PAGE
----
Monday, November 28, 2011

Creative Christmas...or how to do christmas on a very strict budget

We moved to Virginia to be near my family approximately seventeen months ago.  In that amount of time I've had—and quit—three different jobs.  My husband has had one temporary job.  To say the job market is tight here is putting it mildly.  The last job I had caused me tremendous stress, which caused more trouble for my physically, to the point that I could not complete what I needed to in order to do well.  So I followed my gut and quit.

I'm not always the most reasonable person, as several people were quick to remind me.  On top of it, our cars, both of them, chose this week to break down.  One needs a replacement tire, and the other needs a couple thousand dollars worth of repairs.

Fortunately I'm a stasher.  I stash all sorts of stuff everywhere.  I have a "Disney account" that we'll be tapping into, and a retirement account from when I was in my early twenties that I never rolled over that I may have to use.  The most frustrating part is knowing we are just one phone call away from everything turning around.  So many of my friends across the country are in similar situations, doing whatever they can to make ends meet.

My first and biggest stressor, ironically, was thinking about how I was going to provide a fun and meaningful Christmas for my kids.  They're young teenagers now, and material goods are highly valued.  Gone are the days where a few puzzles and a dolly would make a grand Christmas.  These days it's video games, iPods, cell phones, and whatever other gadgety equipment they can get their hands on.  It's clear with our budget this year, there are not going to be a tremendous number of expensive gadgets gracing the tree.  But I am determined that my family will have a joyous Christmas no matter what.  So here's my plan.

1.  Focus on the meaning of the Christmas season.  Talk about how we give to others and how it makes us feel, and how that Christmas spirit is especially alive right now.  I think when times are tough, it's even more important to talk with kids about the "true" meaning of Christmas, and how God's gifts to us are still alive today.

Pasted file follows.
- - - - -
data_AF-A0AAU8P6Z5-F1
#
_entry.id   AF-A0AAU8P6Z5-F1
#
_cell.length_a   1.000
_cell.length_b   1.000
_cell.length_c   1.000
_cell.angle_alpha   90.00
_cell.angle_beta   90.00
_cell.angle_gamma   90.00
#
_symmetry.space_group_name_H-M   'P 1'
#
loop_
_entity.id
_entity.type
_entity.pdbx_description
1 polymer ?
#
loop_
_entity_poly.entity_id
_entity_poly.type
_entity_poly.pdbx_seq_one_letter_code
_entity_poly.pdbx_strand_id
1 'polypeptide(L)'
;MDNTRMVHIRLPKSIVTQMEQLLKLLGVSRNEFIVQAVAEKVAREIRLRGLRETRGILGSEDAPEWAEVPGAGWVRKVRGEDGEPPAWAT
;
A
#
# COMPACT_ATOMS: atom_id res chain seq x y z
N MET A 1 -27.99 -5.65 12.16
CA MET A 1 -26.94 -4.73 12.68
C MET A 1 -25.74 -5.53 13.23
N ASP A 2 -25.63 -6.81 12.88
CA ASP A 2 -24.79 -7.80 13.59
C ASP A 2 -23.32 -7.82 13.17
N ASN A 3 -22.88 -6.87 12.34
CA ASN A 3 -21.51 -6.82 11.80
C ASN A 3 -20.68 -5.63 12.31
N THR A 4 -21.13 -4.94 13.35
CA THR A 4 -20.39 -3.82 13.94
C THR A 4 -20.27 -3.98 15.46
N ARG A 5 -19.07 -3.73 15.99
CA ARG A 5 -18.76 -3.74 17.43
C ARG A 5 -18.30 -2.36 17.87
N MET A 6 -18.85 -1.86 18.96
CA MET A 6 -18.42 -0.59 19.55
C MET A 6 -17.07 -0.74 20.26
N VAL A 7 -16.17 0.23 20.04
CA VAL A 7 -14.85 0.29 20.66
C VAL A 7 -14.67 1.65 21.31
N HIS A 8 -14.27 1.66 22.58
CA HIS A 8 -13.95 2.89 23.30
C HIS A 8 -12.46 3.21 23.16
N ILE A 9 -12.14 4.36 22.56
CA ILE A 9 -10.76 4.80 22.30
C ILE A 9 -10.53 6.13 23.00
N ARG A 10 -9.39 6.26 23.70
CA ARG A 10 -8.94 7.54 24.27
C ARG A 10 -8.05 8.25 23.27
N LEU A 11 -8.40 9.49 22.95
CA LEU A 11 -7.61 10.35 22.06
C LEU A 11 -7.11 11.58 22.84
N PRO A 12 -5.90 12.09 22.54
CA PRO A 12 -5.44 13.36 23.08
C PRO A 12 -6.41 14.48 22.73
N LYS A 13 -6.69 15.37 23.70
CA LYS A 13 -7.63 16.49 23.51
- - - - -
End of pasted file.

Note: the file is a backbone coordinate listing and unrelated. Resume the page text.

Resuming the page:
2.  Schedule fun and free (or low cost) family activities each week.  Some of the things we'll be doing include baking cookies for people who are shut in, taking walks around the neighborhood to see the decorations, driving through neighborhoods to enjoy the lights as we sip cocoa, and watching classic Christmas movies and cartoons.  Making easy ornaments will be on the list too!
3.  Find out what the kids want to do to celebrate Christmas.  My twelve year old told me last night that she wants to have an "unplugged" evening, where all electronics are off, and we just sit around, drink cider, and talk.  Ironically, things like this are often the memories we cherish.
4.  Set an affordable budget and STICK TO IT.  My budget is quite small but it will purchase a couple of things my kids really want.  I also have an entertainment budget, and I use coupons and specials to stretch it farther.  Since my kids are older, we can do free things on the weekend, when they're more expensive, and more costly things during the week, when the rates are cheaper.  I have made a hard and fast rule for several years now not to carry ANY credit charges through the season.  If I can't pay for it with cash, it doesn't get purchased.
5.  Talk with your kids and explain how this Christmas may be different and why.  My kids are old enough to understand our financial constraints.  Younger children may be satisfied with an explanation of "We're going to do some things a little different this Christmas!  It will be fun to try these new things!"

The most important thing to remember, in my opinion, is that our attitudes as adults will carry over to our children.  If we have positive attitudes that focus on the important aspects of the season, we will be rewarded with children who will also begin to develop positive attitudes and respect for what we see as being important.

Check back here regularly for our plans for the season!  And feel free to leave your own ideas in comments as to how you're making this Christmas a special one!

Sunday, October 30, 2011

Supermoms and Priorities

Today is October 30th and I feel like "Mom of the Year".  That's actually a facetious joke between me and one of my friends.  Whenever one of us would screw up something, we'd claim to be "Mother of the Year".  Of course we frequently stole the title from one another.  You could be mother of the year if you, say, forgot your kid's field trip money, or didn't sign the permission slip, or lost it and yelled something less than pleasant (or nonsensical) at your child.  I have found that I win the Mother of the Year contest quite regularly, actually.  And today is one of those days.